CAT | Interesting Technology
The extensive article by Steven Levy – The iBrain is Here – is a fascinating read on how Apple are using Machine Learning, neural networks and Artificial Intelligences across product lines. It’s well worth the time to read through, but this quote from Phil Schiller stood out:
“We use these techniques to do the things we have always wanted to do, better than we’ve been able to do,” says Schiller. “And on new things we haven’t be able to do. It’s a technique that will ultimately be a very Apple way of doing things as it evolves inside Apple and in the ways we make products.”
The ways this could all be aligned with editing? Speech-to-text; keyword extraction (just like Magic Keywords in Lumberjack System); sentiment extraction; image recognition; facial detection and recognition; speech controlled editing (if anyone really wants that), and the list goes on.
I’d like to believe the Pro Apps Team are working on this.
Most of the thinking – the little that’s done – around the affect of Artificial Intelligence and Robotics replacing jobs, is somewhat negative, so it was almost a relief to read John Hagel’s perspective that we could use this transition as an opportunity to rethink the nature of work.
Maybe I’m pushing this subject a bit hard, but I really believe we are on the cusp of a wide range of human activities being taken over by smart algorithms, also known as Machine Learning. As well as the examples I’ve already mentioned, I found an article on how an “AI” saved a woman’s life, and how it’s being used to create legal documents for homeless (or about to be homeless) in the UK.
I’ve been talking about machine learning and smart APIs recently, where I think there is great potential to make pre-editing tasks much easier. But they are not without their downside. They are built on sample data sets to ‘train’ the algorithm. If that training set is not truly representative of the whole data set, then the results will go horribly wrong.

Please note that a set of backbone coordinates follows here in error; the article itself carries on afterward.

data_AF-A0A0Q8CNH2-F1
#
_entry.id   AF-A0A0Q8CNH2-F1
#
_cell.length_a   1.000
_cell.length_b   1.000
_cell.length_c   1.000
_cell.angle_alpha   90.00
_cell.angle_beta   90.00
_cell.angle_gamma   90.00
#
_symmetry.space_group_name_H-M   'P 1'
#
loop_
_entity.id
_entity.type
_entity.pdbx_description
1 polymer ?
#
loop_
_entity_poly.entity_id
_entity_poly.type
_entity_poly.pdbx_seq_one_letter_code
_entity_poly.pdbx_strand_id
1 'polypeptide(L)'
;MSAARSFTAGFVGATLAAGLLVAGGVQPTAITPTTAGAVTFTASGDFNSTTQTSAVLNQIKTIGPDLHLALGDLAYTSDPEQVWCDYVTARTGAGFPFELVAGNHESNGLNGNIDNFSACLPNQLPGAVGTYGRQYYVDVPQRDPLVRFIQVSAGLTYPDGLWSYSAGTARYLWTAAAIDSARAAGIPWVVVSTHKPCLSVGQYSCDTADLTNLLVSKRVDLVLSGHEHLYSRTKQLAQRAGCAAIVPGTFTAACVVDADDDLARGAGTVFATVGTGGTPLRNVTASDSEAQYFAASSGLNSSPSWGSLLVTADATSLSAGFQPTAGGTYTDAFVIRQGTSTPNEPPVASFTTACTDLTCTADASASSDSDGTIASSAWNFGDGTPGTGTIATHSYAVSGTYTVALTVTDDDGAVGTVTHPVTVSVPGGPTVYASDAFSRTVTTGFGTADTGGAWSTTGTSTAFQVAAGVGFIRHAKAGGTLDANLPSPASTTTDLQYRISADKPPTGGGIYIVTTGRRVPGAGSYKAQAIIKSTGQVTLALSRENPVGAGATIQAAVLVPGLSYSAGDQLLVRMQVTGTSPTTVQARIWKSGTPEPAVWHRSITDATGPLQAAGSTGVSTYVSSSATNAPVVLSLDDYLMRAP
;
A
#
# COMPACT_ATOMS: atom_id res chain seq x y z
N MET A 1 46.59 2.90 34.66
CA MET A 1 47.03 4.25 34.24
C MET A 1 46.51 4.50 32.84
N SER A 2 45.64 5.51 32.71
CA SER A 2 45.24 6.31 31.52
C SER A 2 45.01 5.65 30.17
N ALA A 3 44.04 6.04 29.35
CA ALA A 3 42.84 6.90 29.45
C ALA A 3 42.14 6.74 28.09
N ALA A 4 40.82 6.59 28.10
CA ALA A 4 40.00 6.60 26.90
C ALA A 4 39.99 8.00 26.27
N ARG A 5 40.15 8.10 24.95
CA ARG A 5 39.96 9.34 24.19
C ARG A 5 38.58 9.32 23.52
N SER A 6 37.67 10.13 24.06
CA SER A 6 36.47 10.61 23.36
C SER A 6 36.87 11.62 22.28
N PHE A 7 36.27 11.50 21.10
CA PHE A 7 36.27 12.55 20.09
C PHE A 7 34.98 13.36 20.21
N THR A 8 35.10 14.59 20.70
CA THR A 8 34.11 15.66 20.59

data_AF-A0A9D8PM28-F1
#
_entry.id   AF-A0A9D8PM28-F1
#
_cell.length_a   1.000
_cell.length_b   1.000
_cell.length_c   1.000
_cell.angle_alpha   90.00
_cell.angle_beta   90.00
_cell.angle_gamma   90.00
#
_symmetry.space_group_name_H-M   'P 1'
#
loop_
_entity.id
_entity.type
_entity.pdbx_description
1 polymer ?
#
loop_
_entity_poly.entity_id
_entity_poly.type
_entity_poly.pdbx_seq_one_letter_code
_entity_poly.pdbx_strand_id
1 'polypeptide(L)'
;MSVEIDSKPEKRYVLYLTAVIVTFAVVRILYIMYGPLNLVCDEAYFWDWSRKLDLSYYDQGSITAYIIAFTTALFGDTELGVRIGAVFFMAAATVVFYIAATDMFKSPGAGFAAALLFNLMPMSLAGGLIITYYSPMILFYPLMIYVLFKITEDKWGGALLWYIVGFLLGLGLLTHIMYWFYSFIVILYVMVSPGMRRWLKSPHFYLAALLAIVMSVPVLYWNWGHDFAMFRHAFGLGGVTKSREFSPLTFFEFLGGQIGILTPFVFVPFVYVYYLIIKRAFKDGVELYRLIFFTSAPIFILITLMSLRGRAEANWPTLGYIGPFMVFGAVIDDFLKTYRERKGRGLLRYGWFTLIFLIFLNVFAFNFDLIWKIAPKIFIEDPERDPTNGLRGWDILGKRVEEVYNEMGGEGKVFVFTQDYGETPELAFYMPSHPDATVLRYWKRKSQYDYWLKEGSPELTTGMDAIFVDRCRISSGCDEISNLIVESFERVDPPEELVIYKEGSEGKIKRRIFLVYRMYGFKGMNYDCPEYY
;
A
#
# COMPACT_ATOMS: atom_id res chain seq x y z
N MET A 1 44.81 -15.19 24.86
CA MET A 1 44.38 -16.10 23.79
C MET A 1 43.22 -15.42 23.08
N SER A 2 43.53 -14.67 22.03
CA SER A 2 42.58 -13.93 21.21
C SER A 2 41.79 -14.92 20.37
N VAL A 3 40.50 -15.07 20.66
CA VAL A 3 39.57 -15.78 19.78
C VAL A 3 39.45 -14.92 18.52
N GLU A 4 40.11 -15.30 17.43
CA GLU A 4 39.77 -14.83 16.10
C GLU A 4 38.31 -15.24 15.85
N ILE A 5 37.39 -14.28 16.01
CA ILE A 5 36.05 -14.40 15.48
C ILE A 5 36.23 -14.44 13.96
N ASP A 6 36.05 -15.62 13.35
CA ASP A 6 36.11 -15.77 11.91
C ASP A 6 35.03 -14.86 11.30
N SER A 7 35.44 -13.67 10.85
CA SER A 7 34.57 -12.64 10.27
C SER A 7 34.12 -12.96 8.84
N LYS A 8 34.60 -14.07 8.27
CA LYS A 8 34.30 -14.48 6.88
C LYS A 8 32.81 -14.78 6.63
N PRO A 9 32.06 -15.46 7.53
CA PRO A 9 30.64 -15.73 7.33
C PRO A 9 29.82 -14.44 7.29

Cory Doctorow at Boing Boing uses the Trump campaign as an example of how this can play out in ‘the real world’.
A couple of recent articles have pointed to Artificial Intelligence writing, or contributing to, a screenplay. A narrative script. I find this fascinating, even though my own area of interest in applied AI is in non-scripted.
There is no doubt that computer algorithms – up to true AI – will be involved in productions future. Smart people will work out how to master it.
Since starting work on the Lunch with Philip and Greg I’ve battled a little with the multicam. Largely because I’m using it in an atypical way, although I suspect setups like mine will become more common in the future.
My solution was Automator actions, triggered by Function keys and activating an AppleScript, so that the mode is first switched to Video Only (for angles 1 or 2) or Audio only (3, 4 and 5) before switching to the angle. It reduces a lot of repetitive strain injury potential!
The tutorial is over at FCP.com, but here’s a little background.
While Augmented Reality and Virtual Reality often get conflated, they are very different beasts.
Only a few days ago I wrote about smart APIs that developers can use to enhance their apps. Today, John Hauer on TechCrunch postulates that he could not find one job that someday won’t be dehumanized.
Google today launched a new API to help parse natural language. An API is an Application Programming Interface, that developers can use to send data to, and get a response back. Natural Language Parsing is used to understand language that is available in computer-readable form (text). Google’s API joins an increasingly long list of very smart APIs that will understand language, recognize images and much more.
A lot has changed since I last wrote about Advances in Content Recognition late last year.
We’re all aware that technology changes the workplace. Jobs disappear; sometimes to be replaced by other jobs that didn’t exist before. During the industrial revolution we were replacing manual labor with machines. The coming revolution is for white collar “knowledge” jobs. How soon will yours be among them?